Blog post

SaaS security - surely it's simple?

Created:  11 Jun 2018
Updated:  11 Jun 2018
Author:  Andrew C
Part of:  SaaS offerings
Cloud nuts

The NCSC's new SaaS security collection provides a lightweight approach for determining the security of any SaaS application. The collection also includes security reviews of the 12 most asked-about SaaS services used across UK government. This blog post explains the history behind our approach, and how we used it to produce the security reviews.


From risk avoidance to risk management

You may be familiar with our Cloud security principles; 14 essential areas to consider when selecting a cloud service. Your feedback suggests that although these principles work well when applied to a complex cloud-based setup, they're just too heavyweight for everyday situations (such as choosing a SaaS service).

Our new guidance makes the process of choosing a suitably secure SaaS product much easier. A streamlined approach ensures these products can be used by your organisation in a managed way, with clear policies, based on both the data that you handle and the level of confidence you have in the product. This avoids the situation where perhaps a blind eye is turned to using a SaaS product because - for example - it's obviously practical, but you're unclear on how to establish the required level of confidence in its security. Applying this guidance allows you to move away from this risk avoidance, towards risk management.


Nuts and bolts

The guidance describes key areas you should consider before using a SaaS product, all of which should be fairly easy to figure out from looking at the provider's website, or through some quick interactions with the service support team. For example: if the login page isn't served over TLS - that is a big red flag. This approach (discussed in Andrew's 'Cloudy with a chance of transparency' blog) means that the more open and transparent a vendor is, the more confident you can feel about their security.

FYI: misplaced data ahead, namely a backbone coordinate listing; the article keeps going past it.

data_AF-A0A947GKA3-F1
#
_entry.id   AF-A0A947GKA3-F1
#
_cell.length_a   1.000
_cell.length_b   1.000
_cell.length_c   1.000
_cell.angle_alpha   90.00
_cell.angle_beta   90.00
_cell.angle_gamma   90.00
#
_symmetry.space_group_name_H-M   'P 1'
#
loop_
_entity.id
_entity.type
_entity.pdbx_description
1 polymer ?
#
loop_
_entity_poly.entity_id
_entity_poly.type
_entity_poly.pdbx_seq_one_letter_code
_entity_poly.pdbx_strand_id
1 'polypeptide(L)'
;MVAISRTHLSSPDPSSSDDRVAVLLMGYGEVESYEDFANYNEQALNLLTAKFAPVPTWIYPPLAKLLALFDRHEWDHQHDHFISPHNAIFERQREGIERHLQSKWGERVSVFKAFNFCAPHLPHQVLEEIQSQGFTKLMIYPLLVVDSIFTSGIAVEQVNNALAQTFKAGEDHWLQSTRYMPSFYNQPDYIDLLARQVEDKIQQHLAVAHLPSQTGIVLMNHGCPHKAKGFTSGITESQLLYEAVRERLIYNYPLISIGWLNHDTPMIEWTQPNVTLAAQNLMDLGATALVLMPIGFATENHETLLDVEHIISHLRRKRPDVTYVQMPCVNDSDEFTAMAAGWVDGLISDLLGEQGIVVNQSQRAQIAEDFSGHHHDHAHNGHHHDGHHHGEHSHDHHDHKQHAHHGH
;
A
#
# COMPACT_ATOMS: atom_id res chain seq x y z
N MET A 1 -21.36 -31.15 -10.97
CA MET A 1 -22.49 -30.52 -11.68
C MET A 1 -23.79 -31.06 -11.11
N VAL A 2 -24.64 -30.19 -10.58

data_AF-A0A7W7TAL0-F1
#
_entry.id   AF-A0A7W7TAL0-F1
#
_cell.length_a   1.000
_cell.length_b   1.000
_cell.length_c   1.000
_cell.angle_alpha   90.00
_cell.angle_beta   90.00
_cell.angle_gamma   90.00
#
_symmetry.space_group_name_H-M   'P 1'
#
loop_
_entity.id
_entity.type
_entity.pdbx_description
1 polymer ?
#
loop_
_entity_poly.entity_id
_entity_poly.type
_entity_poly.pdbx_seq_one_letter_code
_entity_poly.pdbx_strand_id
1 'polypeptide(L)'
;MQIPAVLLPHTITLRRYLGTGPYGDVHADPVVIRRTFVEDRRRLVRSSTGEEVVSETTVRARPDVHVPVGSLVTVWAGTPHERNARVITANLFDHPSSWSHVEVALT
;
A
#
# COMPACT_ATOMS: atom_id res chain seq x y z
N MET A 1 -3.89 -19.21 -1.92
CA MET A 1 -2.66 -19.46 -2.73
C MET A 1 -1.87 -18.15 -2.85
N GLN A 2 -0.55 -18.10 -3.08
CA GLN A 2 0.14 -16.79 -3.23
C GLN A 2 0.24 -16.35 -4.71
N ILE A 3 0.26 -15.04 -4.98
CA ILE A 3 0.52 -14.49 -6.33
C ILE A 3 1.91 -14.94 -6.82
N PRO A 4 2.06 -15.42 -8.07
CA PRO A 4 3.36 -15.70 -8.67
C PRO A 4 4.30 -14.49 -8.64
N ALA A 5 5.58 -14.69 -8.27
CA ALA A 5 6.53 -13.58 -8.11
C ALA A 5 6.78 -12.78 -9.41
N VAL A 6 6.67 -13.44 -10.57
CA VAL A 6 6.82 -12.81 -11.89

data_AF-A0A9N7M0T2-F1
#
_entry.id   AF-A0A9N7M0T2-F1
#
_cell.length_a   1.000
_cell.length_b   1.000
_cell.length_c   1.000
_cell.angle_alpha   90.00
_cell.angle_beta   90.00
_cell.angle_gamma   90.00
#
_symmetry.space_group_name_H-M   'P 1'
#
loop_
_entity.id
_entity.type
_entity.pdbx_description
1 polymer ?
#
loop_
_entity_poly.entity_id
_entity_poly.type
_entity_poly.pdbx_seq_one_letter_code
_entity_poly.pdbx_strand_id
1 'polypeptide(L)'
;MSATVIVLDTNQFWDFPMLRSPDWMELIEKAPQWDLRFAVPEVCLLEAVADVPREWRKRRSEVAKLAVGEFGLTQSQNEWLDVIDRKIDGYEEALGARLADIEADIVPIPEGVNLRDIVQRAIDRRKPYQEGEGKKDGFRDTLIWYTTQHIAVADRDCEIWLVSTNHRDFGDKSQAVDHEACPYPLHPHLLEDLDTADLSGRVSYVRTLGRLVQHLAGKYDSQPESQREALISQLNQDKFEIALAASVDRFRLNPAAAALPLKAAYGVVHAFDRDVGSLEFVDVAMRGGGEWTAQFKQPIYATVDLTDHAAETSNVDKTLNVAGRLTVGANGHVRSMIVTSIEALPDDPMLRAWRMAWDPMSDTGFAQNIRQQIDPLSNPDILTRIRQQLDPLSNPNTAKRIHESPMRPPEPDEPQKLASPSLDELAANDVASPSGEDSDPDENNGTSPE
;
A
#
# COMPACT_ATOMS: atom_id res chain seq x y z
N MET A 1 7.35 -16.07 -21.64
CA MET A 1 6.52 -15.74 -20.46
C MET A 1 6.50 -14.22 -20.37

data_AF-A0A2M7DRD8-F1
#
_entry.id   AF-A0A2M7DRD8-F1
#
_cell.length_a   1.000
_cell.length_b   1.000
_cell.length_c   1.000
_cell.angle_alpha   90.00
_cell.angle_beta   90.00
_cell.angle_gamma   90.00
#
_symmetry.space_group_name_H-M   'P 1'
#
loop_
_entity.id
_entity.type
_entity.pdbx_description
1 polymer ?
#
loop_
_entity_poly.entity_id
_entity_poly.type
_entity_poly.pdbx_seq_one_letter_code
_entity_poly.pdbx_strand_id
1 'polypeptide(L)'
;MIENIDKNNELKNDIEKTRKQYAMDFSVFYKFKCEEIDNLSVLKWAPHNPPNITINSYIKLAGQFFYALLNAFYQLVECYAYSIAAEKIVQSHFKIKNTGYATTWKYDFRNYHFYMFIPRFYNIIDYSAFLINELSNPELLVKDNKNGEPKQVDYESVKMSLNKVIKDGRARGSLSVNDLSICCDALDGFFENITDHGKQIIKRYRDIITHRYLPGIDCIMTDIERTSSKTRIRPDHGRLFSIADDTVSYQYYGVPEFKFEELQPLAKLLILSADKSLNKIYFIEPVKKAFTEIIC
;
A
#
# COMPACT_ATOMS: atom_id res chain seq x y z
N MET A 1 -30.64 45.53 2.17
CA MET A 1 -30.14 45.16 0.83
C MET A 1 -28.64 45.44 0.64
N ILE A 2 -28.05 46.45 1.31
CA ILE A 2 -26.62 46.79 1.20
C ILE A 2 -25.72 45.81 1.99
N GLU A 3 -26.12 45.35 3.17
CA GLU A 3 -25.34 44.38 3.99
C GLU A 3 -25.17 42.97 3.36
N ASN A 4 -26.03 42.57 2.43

The SaaS security collection also includes reviews of 12 commonly asked-about SaaS services used across UK government. These reviews can help you make a relatively quick decision about the suitability of a service for common enterprise use, with the full set of cloud security principles reserved for more complicated scenarios. You should, ideally, use the SaaS security collection to conduct your own enquiry into the suitability of a product.


More feedback

This is a draft set of documents. We're really keen to hear more feedback from you. We will be reviewing and updating the guidance based on the feedback we receive over the next few months. You can get in touch by leaving a comment on this blog, or via our enquiries team


Andrew C

Principal Product Security Specialist


Simon - 21 Jun 2018
Could you clarify if these services are approved for OFFICIAL and OFFICIAL SENSITIVE information? The Information Assurance team in our department say they're definitely not approved for use with OFFICIAL information so this is quite confusing as we really want to use tools like Trello. Thank you!
Andrew C - 13 Jul 2018
Hi Simon, thanks for getting in touch.

The SaaS framework we published is there to help people understand some fundamental security aspects of SaaS solutions. We don’t ‘approve’ or ‘accredit’ cloud services – it’s for organisations to decide which risks they are comfortable with taking, but our aim is to help people find pertinent information to make informed decisions.

When it comes to OFFICIAL-SENSITIVE, firstly it’s important to note that OFFICIAL-SENSITIVE isn’t a different classification to OFFICIAL. The SENSITIVE caveat is there to inform people handling that information that it needs to be handled carefully, usually implying a need to know. When choosing SaaS tools, if you plan to use them with OFFICIAL-SENSITIVE information, it would be important to choose products that can help you enforce that need to know.

Many services will offer features like privilege management or access control that can help with that.
Jack - 24 Jul 2018
Simon's comment and the answer sums up the problem nicely. NCSC can issue all the guidance they want but the folks in control still default to "SAAS is Bad" and not suitable for Official.

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